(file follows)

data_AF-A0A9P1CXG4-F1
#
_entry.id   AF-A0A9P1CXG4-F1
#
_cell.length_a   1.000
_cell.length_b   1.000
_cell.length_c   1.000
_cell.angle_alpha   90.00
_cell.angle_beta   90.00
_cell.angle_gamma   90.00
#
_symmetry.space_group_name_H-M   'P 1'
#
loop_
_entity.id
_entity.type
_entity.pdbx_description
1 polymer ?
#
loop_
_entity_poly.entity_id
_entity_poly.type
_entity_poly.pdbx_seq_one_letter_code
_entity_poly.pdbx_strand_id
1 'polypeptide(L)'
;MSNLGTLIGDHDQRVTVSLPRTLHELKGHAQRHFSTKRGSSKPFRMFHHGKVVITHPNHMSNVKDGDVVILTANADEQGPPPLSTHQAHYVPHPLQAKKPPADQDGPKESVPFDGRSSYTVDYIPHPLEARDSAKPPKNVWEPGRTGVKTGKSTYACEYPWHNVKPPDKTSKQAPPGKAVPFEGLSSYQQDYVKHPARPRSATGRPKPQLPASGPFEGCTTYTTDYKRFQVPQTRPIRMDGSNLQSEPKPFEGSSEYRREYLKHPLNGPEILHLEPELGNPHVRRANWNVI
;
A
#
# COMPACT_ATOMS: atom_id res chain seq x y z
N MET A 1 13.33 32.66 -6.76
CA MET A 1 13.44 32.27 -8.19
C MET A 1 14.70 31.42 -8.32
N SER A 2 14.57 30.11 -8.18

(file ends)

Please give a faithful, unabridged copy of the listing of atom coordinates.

data_AF-A0A9P1CXG4-F1
#
_entry.id   AF-A0A9P1CXG4-F1
#
_cell.length_a   1.000
_cell.length_b   1.000
_cell.length_c   1.000
_cell.angle_alpha   90.00
_cell.angle_beta   90.00
_cell.angle_gamma   90.00
#
_symmetry.space_group_name_H-M   'P 1'
#
loop_
_entity.id
_entity.type
_entity.pdbx_description
1 polymer ?
#
loop_
_entity_poly.entity_id
_entity_poly.type
_entity_poly.pdbx_seq_one_letter_code
_entity_poly.pdbx_strand_id
1 'polypeptide(L)'
;MSNLGTLIGDHDQRVTVSLPRTLHELKGHAQRHFSTKRGSSKPFRMFHHGKVVITHPNHMSNVKDGDVVILTANADEQGPPPLSTHQAHYVPHPLQAKKPPADQDGPKESVPFDGRSSYTVDYIPHPLEARDSAKPPKNVWEPGRTGVKTGKSTYACEYPWHNVKPPDKTSKQAPPGKAVPFEGLSSYQQDYVKHPARPRSATGRPKPQLPASGPFEGCTTYTTDYKRFQVPQTRPIRMDGSNLQSEPKPFEGSSEYRREYLKHPLNGPEILHLEPELGNPHVRRANWNVI
;
A
#
# COMPACT_ATOMS: atom_id res chain seq x y z
N MET A 1 13.33 32.66 -6.76
CA MET A 1 13.44 32.27 -8.19
C MET A 1 14.70 31.42 -8.32
N SER A 2 14.57 30.11 -8.18